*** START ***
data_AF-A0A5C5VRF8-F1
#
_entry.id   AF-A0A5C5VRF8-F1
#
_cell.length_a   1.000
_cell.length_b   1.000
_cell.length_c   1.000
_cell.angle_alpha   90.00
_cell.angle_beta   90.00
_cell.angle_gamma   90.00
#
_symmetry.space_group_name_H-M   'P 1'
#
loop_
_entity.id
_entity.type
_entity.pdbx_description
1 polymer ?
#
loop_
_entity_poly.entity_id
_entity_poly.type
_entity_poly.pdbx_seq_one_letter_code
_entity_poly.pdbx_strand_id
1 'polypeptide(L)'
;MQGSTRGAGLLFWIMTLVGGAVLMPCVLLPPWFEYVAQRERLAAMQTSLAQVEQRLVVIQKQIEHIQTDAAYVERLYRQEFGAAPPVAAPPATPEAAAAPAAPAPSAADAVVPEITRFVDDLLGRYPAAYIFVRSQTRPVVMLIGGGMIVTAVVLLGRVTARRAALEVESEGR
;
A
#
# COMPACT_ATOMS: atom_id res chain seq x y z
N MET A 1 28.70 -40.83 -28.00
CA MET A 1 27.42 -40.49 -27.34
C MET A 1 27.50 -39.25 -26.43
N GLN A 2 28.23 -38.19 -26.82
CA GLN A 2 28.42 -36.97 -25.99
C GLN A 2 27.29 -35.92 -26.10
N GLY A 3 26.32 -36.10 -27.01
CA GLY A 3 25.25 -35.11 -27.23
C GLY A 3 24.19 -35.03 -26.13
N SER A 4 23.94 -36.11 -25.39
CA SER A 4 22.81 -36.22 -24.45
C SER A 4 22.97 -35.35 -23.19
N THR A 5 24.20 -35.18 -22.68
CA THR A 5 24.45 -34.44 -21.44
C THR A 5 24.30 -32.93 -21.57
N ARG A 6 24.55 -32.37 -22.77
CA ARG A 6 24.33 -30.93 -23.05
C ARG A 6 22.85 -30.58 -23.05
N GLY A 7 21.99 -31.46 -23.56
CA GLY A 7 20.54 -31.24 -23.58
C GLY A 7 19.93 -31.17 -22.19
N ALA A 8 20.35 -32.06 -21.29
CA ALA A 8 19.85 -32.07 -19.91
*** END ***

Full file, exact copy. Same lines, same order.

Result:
data_AF-A0A5C5VRF8-F1
#
_entry.id   AF-A0A5C5VRF8-F1
#
_cell.length_a   1.000
_cell.length_b   1.000
_cell.length_c   1.000
_cell.angle_alpha   90.00
_cell.angle_beta   90.00
_cell.angle_gamma   90.00
#
_symmetry.space_group_name_H-M   'P 1'
#
loop_
_entity.id
_entity.type
_entity.pdbx_description
1 polymer ?
#
loop_
_entity_poly.entity_id
_entity_poly.type
_entity_poly.pdbx_seq_one_letter_code
_entity_poly.pdbx_strand_id
1 'polypeptide(L)'
;MQGSTRGAGLLFWIMTLVGGAVLMPCVLLPPWFEYVAQRERLAAMQTSLAQVEQRLVVIQKQIEHIQTDAAYVERLYRQEFGAAPPVAAPPATPEAAAAPAAPAPSAADAVVPEITRFVDDLLGRYPAAYIFVRSQTRPVVMLIGGGMIVTAVVLLGRVTARRAALEVESEGR
;
A
#
# COMPACT_ATOMS: atom_id res chain seq x y z
N MET A 1 28.70 -40.83 -28.00
CA MET A 1 27.42 -40.49 -27.34
C MET A 1 27.50 -39.25 -26.43
N GLN A 2 28.23 -38.19 -26.82
CA GLN A 2 28.42 -36.97 -25.99
C GLN A 2 27.29 -35.92 -26.10
N GLY A 3 26.32 -36.10 -27.01
CA GLY A 3 25.25 -35.11 -27.23
C GLY A 3 24.19 -35.03 -26.13
N SER A 4 23.94 -36.11 -25.39
CA SER A 4 22.81 -36.22 -24.45
C SER A 4 22.97 -35.35 -23.19
N THR A 5 24.20 -35.18 -22.68
CA THR A 5 24.45 -34.44 -21.44
C THR A 5 24.30 -32.93 -21.57
N ARG A 6 24.55 -32.37 -22.77
CA ARG A 6 24.33 -30.93 -23.05
C ARG A 6 22.85 -30.58 -23.05
N GLY A 7 21.99 -31.46 -23.56
CA GLY A 7 20.54 -31.24 -23.58
C GLY A 7 19.93 -31.17 -22.19
N ALA A 8 20.35 -32.06 -21.29
CA ALA A 8 19.85 -32.07 -19.91